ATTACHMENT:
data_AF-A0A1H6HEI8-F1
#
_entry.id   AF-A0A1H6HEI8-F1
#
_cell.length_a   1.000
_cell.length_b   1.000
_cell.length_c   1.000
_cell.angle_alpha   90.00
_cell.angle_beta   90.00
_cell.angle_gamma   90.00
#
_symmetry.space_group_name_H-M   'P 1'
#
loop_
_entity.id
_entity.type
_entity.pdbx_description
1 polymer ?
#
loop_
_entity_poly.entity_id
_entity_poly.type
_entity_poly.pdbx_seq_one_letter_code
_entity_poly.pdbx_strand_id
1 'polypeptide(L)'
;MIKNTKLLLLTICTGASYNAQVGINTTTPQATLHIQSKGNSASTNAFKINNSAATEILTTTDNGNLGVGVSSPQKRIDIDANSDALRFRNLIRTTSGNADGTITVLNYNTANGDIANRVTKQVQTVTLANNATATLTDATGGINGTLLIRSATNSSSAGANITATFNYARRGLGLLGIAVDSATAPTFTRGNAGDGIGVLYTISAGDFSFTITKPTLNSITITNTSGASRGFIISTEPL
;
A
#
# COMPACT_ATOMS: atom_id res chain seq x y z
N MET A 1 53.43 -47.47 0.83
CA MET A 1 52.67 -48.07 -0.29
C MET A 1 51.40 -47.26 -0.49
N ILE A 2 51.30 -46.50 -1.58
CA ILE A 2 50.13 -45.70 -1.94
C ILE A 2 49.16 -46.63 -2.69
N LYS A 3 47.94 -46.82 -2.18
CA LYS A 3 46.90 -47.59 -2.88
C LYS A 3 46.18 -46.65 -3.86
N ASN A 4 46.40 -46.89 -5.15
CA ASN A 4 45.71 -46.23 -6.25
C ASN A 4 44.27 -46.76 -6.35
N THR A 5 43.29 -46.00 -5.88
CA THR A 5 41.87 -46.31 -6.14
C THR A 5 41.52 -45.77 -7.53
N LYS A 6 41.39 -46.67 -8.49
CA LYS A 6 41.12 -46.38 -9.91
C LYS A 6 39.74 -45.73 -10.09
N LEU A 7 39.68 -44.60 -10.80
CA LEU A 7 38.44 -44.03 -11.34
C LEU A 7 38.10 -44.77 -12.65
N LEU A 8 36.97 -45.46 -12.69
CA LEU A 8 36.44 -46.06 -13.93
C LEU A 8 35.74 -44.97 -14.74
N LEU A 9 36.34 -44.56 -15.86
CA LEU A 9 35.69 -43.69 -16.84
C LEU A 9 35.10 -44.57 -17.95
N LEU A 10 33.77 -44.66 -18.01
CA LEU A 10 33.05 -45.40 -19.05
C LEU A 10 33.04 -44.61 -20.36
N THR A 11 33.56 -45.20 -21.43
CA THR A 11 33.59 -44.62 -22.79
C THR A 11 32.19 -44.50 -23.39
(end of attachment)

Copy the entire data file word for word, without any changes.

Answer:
data_AF-A0A1H6HEI8-F1
#
_entry.id   AF-A0A1H6HEI8-F1
#
_cell.length_a   1.000
_cell.length_b   1.000
_cell.length_c   1.000
_cell.angle_alpha   90.00
_cell.angle_beta   90.00
_cell.angle_gamma   90.00
#
_symmetry.space_group_name_H-M   'P 1'
#
loop_
_entity.id
_entity.type
_entity.pdbx_description
1 polymer ?
#
loop_
_entity_poly.entity_id
_entity_poly.type
_entity_poly.pdbx_seq_one_letter_code
_entity_poly.pdbx_strand_id
1 'polypeptide(L)'
;MIKNTKLLLLTICTGASYNAQVGINTTTPQATLHIQSKGNSASTNAFKINNSAATEILTTTDNGNLGVGVSSPQKRIDIDANSDALRFRNLIRTTSGNADGTITVLNYNTANGDIANRVTKQVQTVTLANNATATLTDATGGINGTLLIRSATNSSSAGANITATFNYARRGLGLLGIAVDSATAPTFTRGNAGDGIGVLYTISAGDFSFTITKPTLNSITITNTSGASRGFIISTEPL
;
A
#
# COMPACT_ATOMS: atom_id res chain seq x y z
N MET A 1 53.43 -47.47 0.83
CA MET A 1 52.67 -48.07 -0.29
C MET A 1 51.40 -47.26 -0.49
N ILE A 2 51.30 -46.50 -1.58
CA ILE A 2 50.13 -45.70 -1.94
C ILE A 2 49.16 -46.63 -2.69
N LYS A 3 47.94 -46.82 -2.18
CA LYS A 3 46.90 -47.59 -2.88
C LYS A 3 46.18 -46.65 -3.86
N ASN A 4 46.40 -46.89 -5.15
CA ASN A 4 45.71 -46.23 -6.25
C ASN A 4 44.27 -46.76 -6.35
N THR A 5 43.29 -46.00 -5.88
CA THR A 5 41.87 -46.31 -6.14
C THR A 5 41.52 -45.77 -7.53
N LYS A 6 41.39 -46.67 -8.49
CA LYS A 6 41.12 -46.38 -9.91
C LYS A 6 39.74 -45.73 -10.09
N LEU A 7 39.68 -44.60 -10.80
CA LEU A 7 38.44 -44.03 -11.34
C LEU A 7 38.10 -44.77 -12.65
N LEU A 8 36.97 -45.46 -12.69
CA LEU A 8 36.44 -46.06 -13.93
C LEU A 8 35.74 -44.97 -14.74
N LEU A 9 36.34 -44.56 -15.86
CA LEU A 9 35.69 -43.69 -16.84
C LEU A 9 35.10 -44.57 -17.95
N LEU A 10 33.77 -44.66 -18.01
CA LEU A 10 33.05 -45.40 -19.05
C LEU A 10 33.04 -44.61 -20.36
N THR A 11 33.56 -45.20 -21.43
CA THR A 11 33.59 -44.62 -22.79
C THR A 11 32.19 -44.50 -23.39